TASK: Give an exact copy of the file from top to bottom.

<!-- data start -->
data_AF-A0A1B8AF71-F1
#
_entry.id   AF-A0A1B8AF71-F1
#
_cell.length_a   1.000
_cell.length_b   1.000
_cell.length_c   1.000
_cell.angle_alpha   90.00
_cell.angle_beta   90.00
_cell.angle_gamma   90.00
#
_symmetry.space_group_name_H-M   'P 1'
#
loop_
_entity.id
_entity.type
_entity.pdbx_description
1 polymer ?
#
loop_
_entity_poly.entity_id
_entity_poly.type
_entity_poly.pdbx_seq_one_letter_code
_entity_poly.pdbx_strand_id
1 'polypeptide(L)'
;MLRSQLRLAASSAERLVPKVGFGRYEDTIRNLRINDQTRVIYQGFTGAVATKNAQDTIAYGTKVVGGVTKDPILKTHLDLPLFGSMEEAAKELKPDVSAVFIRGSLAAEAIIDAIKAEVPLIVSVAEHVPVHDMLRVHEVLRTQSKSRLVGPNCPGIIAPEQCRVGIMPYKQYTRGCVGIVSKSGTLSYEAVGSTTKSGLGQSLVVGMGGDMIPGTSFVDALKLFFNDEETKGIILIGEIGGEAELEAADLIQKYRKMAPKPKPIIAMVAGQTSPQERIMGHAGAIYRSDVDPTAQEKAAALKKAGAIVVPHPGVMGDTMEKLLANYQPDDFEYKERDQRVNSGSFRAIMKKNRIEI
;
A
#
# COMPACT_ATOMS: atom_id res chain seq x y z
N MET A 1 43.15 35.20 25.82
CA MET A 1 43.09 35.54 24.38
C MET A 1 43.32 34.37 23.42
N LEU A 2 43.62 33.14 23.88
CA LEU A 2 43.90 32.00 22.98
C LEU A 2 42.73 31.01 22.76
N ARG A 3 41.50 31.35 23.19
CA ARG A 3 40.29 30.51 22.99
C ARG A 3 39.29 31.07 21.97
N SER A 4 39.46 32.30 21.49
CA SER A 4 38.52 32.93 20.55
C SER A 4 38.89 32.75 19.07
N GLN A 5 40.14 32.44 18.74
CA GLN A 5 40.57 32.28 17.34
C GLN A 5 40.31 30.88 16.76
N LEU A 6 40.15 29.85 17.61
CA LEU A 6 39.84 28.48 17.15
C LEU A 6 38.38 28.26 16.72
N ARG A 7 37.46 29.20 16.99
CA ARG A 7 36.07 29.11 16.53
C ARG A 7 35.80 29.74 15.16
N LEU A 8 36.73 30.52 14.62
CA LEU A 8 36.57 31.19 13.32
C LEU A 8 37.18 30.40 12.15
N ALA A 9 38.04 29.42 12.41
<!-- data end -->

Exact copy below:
data_AF-A0A1B8AF71-F1
#
_entry.id   AF-A0A1B8AF71-F1
#
_cell.length_a   1.000
_cell.length_b   1.000
_cell.length_c   1.000
_cell.angle_alpha   90.00
_cell.angle_beta   90.00
_cell.angle_gamma   90.00
#
_symmetry.space_group_name_H-M   'P 1'
#
loop_
_entity.id
_entity.type
_entity.pdbx_description
1 polymer ?
#
loop_
_entity_poly.entity_id
_entity_poly.type
_entity_poly.pdbx_seq_one_letter_code
_entity_poly.pdbx_strand_id
1 'polypeptide(L)'
;MLRSQLRLAASSAERLVPKVGFGRYEDTIRNLRINDQTRVIYQGFTGAVATKNAQDTIAYGTKVVGGVTKDPILKTHLDLPLFGSMEEAAKELKPDVSAVFIRGSLAAEAIIDAIKAEVPLIVSVAEHVPVHDMLRVHEVLRTQSKSRLVGPNCPGIIAPEQCRVGIMPYKQYTRGCVGIVSKSGTLSYEAVGSTTKSGLGQSLVVGMGGDMIPGTSFVDALKLFFNDEETKGIILIGEIGGEAELEAADLIQKYRKMAPKPKPIIAMVAGQTSPQERIMGHAGAIYRSDVDPTAQEKAAALKKAGAIVVPHPGVMGDTMEKLLANYQPDDFEYKERDQRVNSGSFRAIMKKNRIEI
;
A
#
# COMPACT_ATOMS: atom_id res chain seq x y z
N MET A 1 43.15 35.20 25.82
CA MET A 1 43.09 35.54 24.38
C MET A 1 43.32 34.37 23.42
N LEU A 2 43.62 33.14 23.88
CA LEU A 2 43.90 32.00 22.98
C LEU A 2 42.73 31.01 22.76
N ARG A 3 41.50 31.35 23.19
CA ARG A 3 40.29 30.51 22.99
C ARG A 3 39.29 31.07 21.97
N SER A 4 39.46 32.30 21.49
CA SER A 4 38.52 32.93 20.55
C SER A 4 38.89 32.75 19.07
N GLN A 5 40.14 32.44 18.74
CA GLN A 5 40.57 32.28 17.34
C GLN A 5 40.31 30.88 16.76
N LEU A 6 40.15 29.85 17.61
CA LEU A 6 39.84 28.48 17.15
C LEU A 6 38.38 28.26 16.72
N ARG A 7 37.46 29.20 16.99
CA ARG A 7 36.07 29.11 16.53
C ARG A 7 35.80 29.74 15.16
N LEU A 8 36.73 30.52 14.62
CA LEU A 8 36.57 31.19 13.32
C LEU A 8 37.18 30.40 12.15
N ALA A 9 38.04 29.42 12.41